As a paramedic in southeastern North Carolina, Tim Pike knows first hand the lifesaving protocols and excellent medical care found at New Hanover Regional Medical Center. What he didn’t know is that he would some day need them himself.
“When the third chest pain hit, I knew I had a problem,” said the 52-year-old, recalling the heart attack he suffered while on duty in nearby Jones County. Getting advanced cardiac care fast to open blocked vessels would be a must to save Pike’s life.
Enter New Hanover Regional Medical Center’s Code STEMI protocol, a hospital alert system that quickly notifies the emergency room physician, cardiologist, and cardiac interventionist about a patient whose electrocardiogram (EKG) shows a heart attack is in progress.
“Code STEMI (ST-segment Elevation Myocardial Infarction) is a proactive, dynamic, and collaborative effort between the region’s physicians, EMS and cardiac care professionals to get heart attack patients highly specialized care fast,” says Claire Corbett, NHRMC’s AMI and stroke programs manager. “Since the program’s inception in 2008, almost 2,000 patients from across the region have benefited from the protocol.”
The national benchmark for treating STEMI patients – from emergency room to invasive cardiac treatment – is 90 minutes. At NHMRC’s Heart Center, that number has been lowered to 44 minutes.
“It was one of those days with a heat index of 105 degrees,” said Pike, who on the day of his heart attack had been called to extinguish a house fire. “We were suited up and pulling the hoses off the truck, and that’s when my chest pain began.”
In the business of saving lives, Pike knew the reality of his worsening situation: “I didn’t know if I was going to make it or not. In my job, I go to several emergency calls where people don’t make it.”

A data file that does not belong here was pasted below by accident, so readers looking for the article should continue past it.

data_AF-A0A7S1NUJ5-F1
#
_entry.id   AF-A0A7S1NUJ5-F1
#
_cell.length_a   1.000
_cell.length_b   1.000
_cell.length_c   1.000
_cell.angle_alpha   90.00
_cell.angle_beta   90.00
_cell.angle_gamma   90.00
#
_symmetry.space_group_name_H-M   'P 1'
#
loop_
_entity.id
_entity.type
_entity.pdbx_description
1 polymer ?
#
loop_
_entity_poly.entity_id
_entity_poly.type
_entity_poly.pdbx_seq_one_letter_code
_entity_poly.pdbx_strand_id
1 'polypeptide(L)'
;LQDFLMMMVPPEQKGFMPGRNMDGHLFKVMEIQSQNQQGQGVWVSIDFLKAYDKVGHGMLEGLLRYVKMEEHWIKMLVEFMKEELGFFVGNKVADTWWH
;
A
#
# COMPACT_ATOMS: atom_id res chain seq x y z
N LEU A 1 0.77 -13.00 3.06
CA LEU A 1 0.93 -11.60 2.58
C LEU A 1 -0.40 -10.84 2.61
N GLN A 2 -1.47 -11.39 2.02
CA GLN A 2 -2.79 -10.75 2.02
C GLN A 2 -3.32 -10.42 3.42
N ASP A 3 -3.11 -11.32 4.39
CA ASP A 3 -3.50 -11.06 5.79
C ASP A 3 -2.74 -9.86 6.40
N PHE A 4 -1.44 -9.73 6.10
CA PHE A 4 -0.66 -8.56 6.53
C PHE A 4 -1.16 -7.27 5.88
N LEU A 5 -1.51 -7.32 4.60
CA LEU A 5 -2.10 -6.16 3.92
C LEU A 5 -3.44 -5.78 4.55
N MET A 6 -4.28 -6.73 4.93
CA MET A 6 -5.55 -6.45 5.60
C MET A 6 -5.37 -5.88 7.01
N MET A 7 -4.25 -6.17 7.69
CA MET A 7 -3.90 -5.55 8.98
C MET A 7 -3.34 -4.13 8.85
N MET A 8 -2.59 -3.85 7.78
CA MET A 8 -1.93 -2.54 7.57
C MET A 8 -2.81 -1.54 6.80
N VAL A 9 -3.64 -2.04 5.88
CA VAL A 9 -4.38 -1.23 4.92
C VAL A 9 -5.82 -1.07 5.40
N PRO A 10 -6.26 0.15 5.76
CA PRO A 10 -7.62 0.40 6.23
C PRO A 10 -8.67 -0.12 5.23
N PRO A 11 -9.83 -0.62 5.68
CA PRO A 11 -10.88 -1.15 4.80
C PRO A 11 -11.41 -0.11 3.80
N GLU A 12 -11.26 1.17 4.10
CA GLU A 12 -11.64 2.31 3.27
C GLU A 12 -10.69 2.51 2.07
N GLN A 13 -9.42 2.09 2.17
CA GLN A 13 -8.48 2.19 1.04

That grave reality changed, however, when – through the efforts of fellow paramedics on-site with Pike – AirLink, NHRMC’s air ambulance service, airlifted Pike from Holly Ridge to NHRMC in just eight minutes.
Time was of the essence, as chances for death or disability in heart attack patients increase significantly if treatment is not received right away, say experts.
“Everything fell into place,” said Pike. “They got me in the catheterization lab, saw where the blockages were, opened them up and stented them. The process could not have been better.”
Not until Pike’s vessel blockage is revealed, however, does the power of a program like Code STEMI – and the fragility of Pike’s condition – truly come home: “In my right coronary artery I had two blockages – one 98 percent, the other 75 percent.”
“Code STEMI and New Hanover Regional Medical Center saved my life,” said Pike, who three weeks later was back doing 100 percent of what he was doing before his heart attack, including being a proud grandfather.
“I’ve got a little grandson who’s a year and a half old,” said Pike. “This gives me the opportunity to spend more time with him … and help him grow up to be big and tall like me.”
The NHRMC Heart Center is among the state’s leaders in cardiac care. Recently, the Heart Center was recognized with two prestigious awards from the American Heart Association and the American College of Cardiology for the second year in a row. They are:
For more on these awards and the NHRMC Heart Center, visit www.nhrmc.org/heart.